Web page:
News ID: 255246
Published: 0350 GMT July 03, 2019

UN accuses army, Buddhists of committing war crimes in western Myanmar

UN accuses army, Buddhists of committing war crimes in western Myanmar

United Nations (UN) Special Rapporteur to Myanmar says its security forces and rebels are committing human rights violations against civilians in the country’s west that may amount to new war crimes.

"We are witness to an ongoing tragedy in Rakhine state, where less than two years ago horrific atrocities were inflicted on the Rohingyas and the civilian population is once again being subjected to grievous human rights violations by security forces," Yanghee Lee told the UN Human Rights Council on Tuesday, Presstv Reported.

Rakhine was the scene of an organized deadly crackdown on Muslims by the country’s military and Buddhist mobs. Thousands were killed and some 800,000 Rohingya Muslims fled to neighboring Bangladesh, where they currently live in camps in dire conditions.

Last year, a UN fact-finding mission said the campaign against the Rohingya was orchestrated with “genocidal intent,” and urged charging the army chief and five other generals with the “gravest crimes under international law.”

Myanmarese troops are currently engaged in fighting with ethnic rebels in the western states of Rakhine and Chin.

Clashes between government troops and the Arakan Army (AA), a Buddhist rebel group calling for greater autonomy for Rakhine, added a new dimension to the troubles in Rakhine.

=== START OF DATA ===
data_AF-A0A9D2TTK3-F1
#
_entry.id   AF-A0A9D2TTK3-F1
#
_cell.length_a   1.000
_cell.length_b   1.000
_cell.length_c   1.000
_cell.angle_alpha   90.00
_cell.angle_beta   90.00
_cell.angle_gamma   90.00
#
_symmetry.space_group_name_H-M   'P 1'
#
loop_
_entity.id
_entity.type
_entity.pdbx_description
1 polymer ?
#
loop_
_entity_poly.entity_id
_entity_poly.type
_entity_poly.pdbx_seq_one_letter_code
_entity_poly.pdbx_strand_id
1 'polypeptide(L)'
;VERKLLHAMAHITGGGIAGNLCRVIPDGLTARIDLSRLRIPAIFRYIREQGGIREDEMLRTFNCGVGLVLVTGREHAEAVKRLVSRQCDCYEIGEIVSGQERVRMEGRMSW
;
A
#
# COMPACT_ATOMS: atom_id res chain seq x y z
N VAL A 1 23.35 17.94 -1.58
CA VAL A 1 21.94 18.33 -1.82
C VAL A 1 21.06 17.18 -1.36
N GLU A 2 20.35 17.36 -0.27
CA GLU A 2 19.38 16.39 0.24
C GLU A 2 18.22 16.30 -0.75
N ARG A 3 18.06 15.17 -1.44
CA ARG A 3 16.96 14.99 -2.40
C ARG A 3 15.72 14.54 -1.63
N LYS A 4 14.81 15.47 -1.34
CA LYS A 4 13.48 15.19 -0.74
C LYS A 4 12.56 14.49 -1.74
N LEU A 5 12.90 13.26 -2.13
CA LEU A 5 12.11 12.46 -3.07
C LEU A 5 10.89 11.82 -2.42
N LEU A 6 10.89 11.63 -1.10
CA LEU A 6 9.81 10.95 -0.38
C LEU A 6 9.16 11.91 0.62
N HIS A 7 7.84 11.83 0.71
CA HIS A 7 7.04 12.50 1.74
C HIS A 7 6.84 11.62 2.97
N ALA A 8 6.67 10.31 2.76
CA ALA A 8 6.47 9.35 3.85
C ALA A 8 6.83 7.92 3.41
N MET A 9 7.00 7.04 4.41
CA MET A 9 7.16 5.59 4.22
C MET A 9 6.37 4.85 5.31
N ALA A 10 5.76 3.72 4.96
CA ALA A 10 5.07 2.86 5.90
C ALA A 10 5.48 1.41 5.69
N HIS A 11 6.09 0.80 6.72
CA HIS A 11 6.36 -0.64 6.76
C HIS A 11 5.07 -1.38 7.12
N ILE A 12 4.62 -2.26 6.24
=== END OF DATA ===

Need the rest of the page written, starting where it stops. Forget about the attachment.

"The conflict with the Arakan Army in northern Rakhine State and parts of southern Chin State has continued over the past few months and the impact on civilians is devastating. Many acts of the Tatmadaw (Myanmar’s army) and the Arakan Army violate international humanitarian law and may amount to war crimes, as well as violating human rights," Lee said.

The UN independent expert on human rights in Myanmar noted that the AA had reportedly kidnapped civilians, including 12 construction workers, in Paletwa and 52 villagers near the border with Bangladesh.

Lee cited reports of civilians, mostly ethnic Rakhine men, being arrested and interrogated by the military for suspected links to the rebel group and said several had died in prison.

She further said that a military helicopter attacked Rohingya men and boys gathering bamboo in April. Many Rohingyas reportedly lost their lives in the attack.

According to the UN expert, about 35,000 people have fled the violence this year.

The UN expert also criticized the Myanmar’s authorities decision to shut down internet access in the two restive states, saying that the blackout was jeopardizing villagers, hampering aid deliveries and shielding the military.

Myanmar Ambassador to the UN in Geneva, Kyaw Moe Tun, told the forum that the government was trying to “bring about national reconciliation”, adding that it has extended the ceasefire until the end of August.

"No restriction is imposed on the use of internet and social media, but we need to strike a balance between security and freedom and rights and responsibility," he said.

 

 

   
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